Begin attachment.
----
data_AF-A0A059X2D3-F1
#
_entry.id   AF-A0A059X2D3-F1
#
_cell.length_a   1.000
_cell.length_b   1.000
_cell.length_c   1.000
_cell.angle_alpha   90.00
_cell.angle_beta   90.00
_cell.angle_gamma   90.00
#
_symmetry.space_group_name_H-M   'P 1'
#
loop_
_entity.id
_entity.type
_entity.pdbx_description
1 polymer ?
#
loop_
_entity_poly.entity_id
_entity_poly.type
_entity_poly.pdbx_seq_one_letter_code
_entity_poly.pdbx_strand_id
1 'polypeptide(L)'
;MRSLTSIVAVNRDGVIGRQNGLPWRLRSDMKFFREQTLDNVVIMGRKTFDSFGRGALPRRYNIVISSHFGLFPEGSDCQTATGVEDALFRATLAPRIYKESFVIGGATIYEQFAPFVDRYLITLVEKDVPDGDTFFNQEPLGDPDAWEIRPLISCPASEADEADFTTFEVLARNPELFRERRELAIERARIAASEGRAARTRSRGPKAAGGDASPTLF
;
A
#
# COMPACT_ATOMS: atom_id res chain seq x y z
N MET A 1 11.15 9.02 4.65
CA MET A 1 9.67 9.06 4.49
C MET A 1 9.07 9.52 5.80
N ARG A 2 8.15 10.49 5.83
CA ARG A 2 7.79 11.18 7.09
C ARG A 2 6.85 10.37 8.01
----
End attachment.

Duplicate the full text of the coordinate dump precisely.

data_AF-A0A059X2D3-F1
#
_entry.id   AF-A0A059X2D3-F1
#
_cell.length_a   1.000
_cell.length_b   1.000
_cell.length_c   1.000
_cell.angle_alpha   90.00
_cell.angle_beta   90.00
_cell.angle_gamma   90.00
#
_symmetry.space_group_name_H-M   'P 1'
#
loop_
_entity.id
_entity.type
_entity.pdbx_description
1 polymer ?
#
loop_
_entity_poly.entity_id
_entity_poly.type
_entity_poly.pdbx_seq_one_letter_code
_entity_poly.pdbx_strand_id
1 'polypeptide(L)'
;MRSLTSIVAVNRDGVIGRQNGLPWRLRSDMKFFREQTLDNVVIMGRKTFDSFGRGALPRRYNIVISSHFGLFPEGSDCQTATGVEDALFRATLAPRIYKESFVIGGATIYEQFAPFVDRYLITLVEKDVPDGDTFFNQEPLGDPDAWEIRPLISCPASEADEADFTTFEVLARNPELFRERRELAIERARIAASEGRAARTRSRGPKAAGGDASPTLF
;
A
#
# COMPACT_ATOMS: atom_id res chain seq x y z
N MET A 1 11.15 9.02 4.65
CA MET A 1 9.67 9.06 4.49
C MET A 1 9.07 9.52 5.80
N ARG A 2 8.15 10.49 5.83
CA ARG A 2 7.79 11.18 7.09
C ARG A 2 6.85 10.37 8.01